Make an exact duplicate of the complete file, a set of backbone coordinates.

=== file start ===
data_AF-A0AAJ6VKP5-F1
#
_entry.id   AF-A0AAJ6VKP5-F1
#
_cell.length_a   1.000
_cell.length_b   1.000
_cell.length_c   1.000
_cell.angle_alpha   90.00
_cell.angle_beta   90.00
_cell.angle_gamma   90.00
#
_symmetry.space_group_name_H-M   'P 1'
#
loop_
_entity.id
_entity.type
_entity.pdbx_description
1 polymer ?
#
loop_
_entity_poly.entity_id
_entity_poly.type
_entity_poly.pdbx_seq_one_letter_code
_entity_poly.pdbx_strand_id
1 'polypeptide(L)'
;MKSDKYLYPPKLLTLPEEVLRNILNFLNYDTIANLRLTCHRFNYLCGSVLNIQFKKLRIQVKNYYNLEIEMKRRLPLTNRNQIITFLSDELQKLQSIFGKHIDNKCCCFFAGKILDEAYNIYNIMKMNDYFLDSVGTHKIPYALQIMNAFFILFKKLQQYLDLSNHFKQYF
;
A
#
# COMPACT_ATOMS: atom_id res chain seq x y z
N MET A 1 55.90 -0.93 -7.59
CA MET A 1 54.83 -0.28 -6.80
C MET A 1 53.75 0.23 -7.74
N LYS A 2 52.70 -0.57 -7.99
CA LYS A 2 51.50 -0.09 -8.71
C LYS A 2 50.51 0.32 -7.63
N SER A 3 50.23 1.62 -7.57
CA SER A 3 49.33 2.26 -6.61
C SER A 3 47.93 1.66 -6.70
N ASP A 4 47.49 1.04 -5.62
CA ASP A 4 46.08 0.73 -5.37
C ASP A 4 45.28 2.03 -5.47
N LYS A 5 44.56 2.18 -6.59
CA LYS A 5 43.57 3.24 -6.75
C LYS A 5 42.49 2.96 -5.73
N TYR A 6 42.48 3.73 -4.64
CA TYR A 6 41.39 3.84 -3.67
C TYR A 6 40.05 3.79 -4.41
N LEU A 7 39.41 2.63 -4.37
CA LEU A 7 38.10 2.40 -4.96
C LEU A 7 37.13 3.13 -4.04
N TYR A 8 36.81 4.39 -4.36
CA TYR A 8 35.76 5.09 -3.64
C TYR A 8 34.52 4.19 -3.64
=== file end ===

data_AF-A0AAJ6VKP5-F1
#
_entry.id   AF-A0AAJ6VKP5-F1
#
_cell.length_a   1.000
_cell.length_b   1.000
_cell.length_c   1.000
_cell.angle_alpha   90.00
_cell.angle_beta   90.00
_cell.angle_gamma   90.00
#
_symmetry.space_group_name_H-M   'P 1'
#
loop_
_entity.id
_entity.type
_entity.pdbx_description
1 polymer ?
#
loop_
_entity_poly.entity_id
_entity_poly.type
_entity_poly.pdbx_seq_one_letter_code
_entity_poly.pdbx_strand_id
1 'polypeptide(L)'
;MKSDKYLYPPKLLTLPEEVLRNILNFLNYDTIANLRLTCHRFNYLCGSVLNIQFKKLRIQVKNYYNLEIEMKRRLPLTNRNQIITFLSDELQKLQSIFGKHIDNKCCCFFAGKILDEAYNIYNIMKMNDYFLDSVGTHKIPYALQIMNAFFILFKKLQQYLDLSNHFKQYF
;
A
#
# COMPACT_ATOMS: atom_id res chain seq x y z
N MET A 1 55.90 -0.93 -7.59
CA MET A 1 54.83 -0.28 -6.80
C MET A 1 53.75 0.23 -7.74
N LYS A 2 52.70 -0.57 -7.99
CA LYS A 2 51.50 -0.09 -8.71
C LYS A 2 50.51 0.32 -7.63
N SER A 3 50.23 1.62 -7.57
CA SER A 3 49.33 2.26 -6.61
C SER A 3 47.93 1.66 -6.70
N ASP A 4 47.49 1.04 -5.62
CA ASP A 4 46.08 0.73 -5.37
C ASP A 4 45.28 2.03 -5.47
N LYS A 5 44.56 2.18 -6.59
CA LYS A 5 43.57 3.24 -6.75
C LYS A 5 42.49 2.96 -5.73
N TYR A 6 42.48 3.73 -4.64
CA TYR A 6 41.39 3.84 -3.67
C TYR A 6 40.05 3.79 -4.41
N LEU A 7 39.41 2.63 -4.37
CA LEU A 7 38.10 2.40 -4.96
C LEU A 7 37.13 3.13 -4.04
N TYR A 8 36.81 4.39 -4.36
CA TYR A 8 35.76 5.09 -3.64
C TYR A 8 34.52 4.19 -3.64